"That includes the Town Center and the Westo Development," explained Bagwell of the yet undeveloped acreage. He said Hammond's Ferry is in the process of developing a town center, while about 17 acres on the Campbelltown Landing border were sold to the Westo Development group.
Bagwell said today the homes in Hammond's Ferry are in a price range from $189,000 for Charleston Place, townhomes of approximately 1,600 square feet constructed by local builder Ken Newsome, to around $1.5 million for a large, single-family dwelling. The largest home in Hammond's Ferry, he said, is close to 5,000 square feet.
In the TND style, the homes are on compact lots, so are built up rather than out, Bagwell detailed, adding that one success of the residential area has been that many owners built second-floor garage apartments which have proved attractive to GHSU medical students, in particular.
Bagwell explained there are now eight businesses operating in Hammond's Ferry, with more to come as the town center becomes a reality. Manuel's Bread Cafe opened in 2009j followed by David Towle's Edge Salon in 2010. The most recent addition is a second restaurant, Taste, opened by Brian Bridgers recently. In addition, New Fire Social Media with Jeremy Mace and Turner Simkins operates in offices above Edge, as does Rhonda Frye's accounting business, "Help Me, Rhonda," as well as the Hammond's Ferry Development Office and Blanchard and Calhoun, which is marketing some of the homes. And builder Ken Newsome is based in Hammond's Ferry as is Bill Smith with Designs by Smith.
"The commercial node has far exceeded our expectations," said Bagwell, who said the plan was always to have "destination retail" at Hammond's Ferry.
The town center is the next phase to be orchestrated, with a target of around the beginning of 2013 for breaking ground." Our plan is to start with 20,000-square-feet of mixed-use retail," said Bagwell, who added the plan is also for a mix of single family and multi-family residential, townhomes and then commercial outparcels. "We've talked to 40 or 50 prospects," he said of the business side.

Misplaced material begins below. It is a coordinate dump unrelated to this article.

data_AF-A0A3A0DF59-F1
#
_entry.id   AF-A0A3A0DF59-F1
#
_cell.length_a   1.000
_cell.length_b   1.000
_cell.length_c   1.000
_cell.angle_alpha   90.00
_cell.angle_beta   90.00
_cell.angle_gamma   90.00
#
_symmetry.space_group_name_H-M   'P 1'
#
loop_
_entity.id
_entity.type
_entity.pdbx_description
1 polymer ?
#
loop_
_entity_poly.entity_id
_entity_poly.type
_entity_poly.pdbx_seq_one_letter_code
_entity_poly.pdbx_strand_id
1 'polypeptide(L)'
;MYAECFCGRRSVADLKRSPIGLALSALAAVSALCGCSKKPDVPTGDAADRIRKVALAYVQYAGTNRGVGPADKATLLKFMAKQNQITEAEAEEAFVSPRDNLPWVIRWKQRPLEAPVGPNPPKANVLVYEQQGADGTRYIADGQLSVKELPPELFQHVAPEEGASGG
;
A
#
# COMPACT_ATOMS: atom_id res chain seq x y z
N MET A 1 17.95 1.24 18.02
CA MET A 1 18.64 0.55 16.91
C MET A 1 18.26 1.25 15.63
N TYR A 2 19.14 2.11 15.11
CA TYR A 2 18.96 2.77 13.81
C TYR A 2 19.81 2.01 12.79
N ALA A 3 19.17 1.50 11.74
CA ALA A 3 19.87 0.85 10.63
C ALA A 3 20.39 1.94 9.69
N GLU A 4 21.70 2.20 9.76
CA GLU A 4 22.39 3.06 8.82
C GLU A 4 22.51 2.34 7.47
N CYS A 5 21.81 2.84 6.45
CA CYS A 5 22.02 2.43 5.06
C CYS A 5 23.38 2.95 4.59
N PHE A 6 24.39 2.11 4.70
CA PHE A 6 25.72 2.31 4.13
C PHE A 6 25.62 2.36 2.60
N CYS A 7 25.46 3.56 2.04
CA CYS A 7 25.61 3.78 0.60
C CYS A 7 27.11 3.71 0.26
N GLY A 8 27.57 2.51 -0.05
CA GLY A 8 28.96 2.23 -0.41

Greenspace and Streets
Among major milestones thus far listed by Bagwell are the completion of the riverfront portion of the Greeneway and the loop through Hammond's Ferry, Boeckh Park and Pavilion, rehabilitation and construction of Brick Pond Park - all done as a collaboration with the City of North Augusta and Hammond's Ferry.
Bagwell pointed to the original Boeckh Plat of 1891 and explained that development at Hammond's Ferry has attempted to stay true to the plat as much as possible. The most obvious indicator of that is the return to many of the street names that were listed on the plat- Railroad Avenue, Front Street, Cleveland Avenue (to be used in the new phase). Other names, like Falmouth, hearken back to North Augusta's early history.
A working farm was also established in Hammond's Ferry. Blue Clay Farm was eventually taken over by Manuel's and is now used as a chef's garden, including chickens and ducks in the mix.
Bagwell pointed out that the advantage of a TND developed through a PD (planned development) ordinance is that such a project is afforded some flexibility. "It's allowed us to be creative," he commented.